Study has been concluded
Creighton University’s Hereditary Cancer Center received a three-year, $731,278 grant from the U.S. Department of Defense to study the role heredity plays in prostate cancer among African Americans.
“Prostate cancer is the leading cause of cancer death among men in the United States. African American men have two times the occurrence of prostate cancer as do Caucasian men and suffer a significantly higher mortality as well,” said Henry Lynch, MD, principal investigator and Creighton Hereditary Cancer Center director.
While it’s estimated that about 10 percent of all prostate cancers have a hereditary link, the problem has been understudied in African Americans. With few exceptions, relatively little is known about the role genetics play in this population, noted Lynch, holder of the Charles F. and Mary C. Heider Endowed Chair in Cancer Research.
“The study will focus on identifying the hereditary factors of the disease that are specific to African Americans. The goal is to develop early and intensive screening and prevention management strategies that will decrease African Americans’ incidence of as well as death rate from hereditary prostate cancer,” Lynch said.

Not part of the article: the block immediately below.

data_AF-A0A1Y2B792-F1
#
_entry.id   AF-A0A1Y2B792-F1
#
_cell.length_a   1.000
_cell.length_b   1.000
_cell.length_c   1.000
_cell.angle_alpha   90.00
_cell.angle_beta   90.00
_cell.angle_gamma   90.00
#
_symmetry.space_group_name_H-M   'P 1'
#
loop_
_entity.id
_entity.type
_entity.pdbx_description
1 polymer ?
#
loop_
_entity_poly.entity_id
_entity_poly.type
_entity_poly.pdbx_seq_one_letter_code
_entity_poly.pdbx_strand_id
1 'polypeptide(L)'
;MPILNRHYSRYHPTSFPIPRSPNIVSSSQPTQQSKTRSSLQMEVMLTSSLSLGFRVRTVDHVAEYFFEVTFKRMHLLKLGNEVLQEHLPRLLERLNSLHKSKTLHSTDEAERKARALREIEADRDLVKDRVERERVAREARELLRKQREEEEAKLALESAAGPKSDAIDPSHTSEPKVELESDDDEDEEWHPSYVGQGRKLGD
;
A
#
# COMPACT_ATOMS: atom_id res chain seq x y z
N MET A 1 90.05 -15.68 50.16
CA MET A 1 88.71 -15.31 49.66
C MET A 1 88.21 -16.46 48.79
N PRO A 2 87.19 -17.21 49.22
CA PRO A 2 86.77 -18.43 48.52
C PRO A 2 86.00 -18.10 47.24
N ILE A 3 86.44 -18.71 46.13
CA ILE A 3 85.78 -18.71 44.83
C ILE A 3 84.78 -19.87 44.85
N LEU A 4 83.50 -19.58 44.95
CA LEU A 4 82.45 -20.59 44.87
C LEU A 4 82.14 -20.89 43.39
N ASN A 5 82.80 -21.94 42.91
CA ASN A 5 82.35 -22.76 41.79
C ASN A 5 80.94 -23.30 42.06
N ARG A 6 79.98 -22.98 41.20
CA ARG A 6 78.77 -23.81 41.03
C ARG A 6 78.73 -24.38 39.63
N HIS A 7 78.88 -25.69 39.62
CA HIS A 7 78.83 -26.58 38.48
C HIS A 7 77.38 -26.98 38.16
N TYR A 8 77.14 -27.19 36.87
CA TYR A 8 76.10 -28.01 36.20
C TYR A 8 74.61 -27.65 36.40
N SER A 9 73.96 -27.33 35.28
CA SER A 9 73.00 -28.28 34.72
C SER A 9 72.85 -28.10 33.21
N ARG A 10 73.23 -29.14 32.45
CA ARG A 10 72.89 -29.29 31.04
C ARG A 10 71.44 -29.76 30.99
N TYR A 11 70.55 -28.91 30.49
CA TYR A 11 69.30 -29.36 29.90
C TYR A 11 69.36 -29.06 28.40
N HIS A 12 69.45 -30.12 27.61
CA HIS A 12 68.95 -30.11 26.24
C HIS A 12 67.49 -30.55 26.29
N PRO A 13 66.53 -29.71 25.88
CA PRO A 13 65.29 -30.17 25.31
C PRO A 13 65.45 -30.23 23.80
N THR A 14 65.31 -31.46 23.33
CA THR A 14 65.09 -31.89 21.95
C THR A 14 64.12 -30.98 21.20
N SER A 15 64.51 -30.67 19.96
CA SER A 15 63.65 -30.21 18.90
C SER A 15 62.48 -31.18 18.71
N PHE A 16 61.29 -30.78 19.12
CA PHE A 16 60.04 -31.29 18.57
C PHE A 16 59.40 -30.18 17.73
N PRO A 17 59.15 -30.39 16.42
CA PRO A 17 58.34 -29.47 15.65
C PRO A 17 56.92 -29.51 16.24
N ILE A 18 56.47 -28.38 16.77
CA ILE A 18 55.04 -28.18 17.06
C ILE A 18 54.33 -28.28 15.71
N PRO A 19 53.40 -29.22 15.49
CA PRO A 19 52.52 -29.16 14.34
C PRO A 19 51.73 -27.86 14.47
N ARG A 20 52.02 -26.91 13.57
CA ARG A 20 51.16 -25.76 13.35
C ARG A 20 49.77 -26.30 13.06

Jackson State University in Mississippi is collaborating in the study. The goal is to involve 300 African American prostate cancer patients from the Omaha area and about 500 from Jackson, Miss., in the effort.
The research team includes members of Creighton’s Hereditary Cancer Center; Olúgbémiga Ekúndayò, M.D., associate professor of epidemiology at Jackson State University, and his staff; Sade Kosoko-Lasaki, M.D., associate vice president of Health Sciences Multicultural and Community Affairs at Creighton and co-director of the University’s Center for Promoting Health and Health Equality; and Paulos Yohannes, M.D., Creighton assistant clinical professor of surgery.
To learn more about the work of Creighton’s Hereditary Cancer Center, visit Hereditary Cancer Center.
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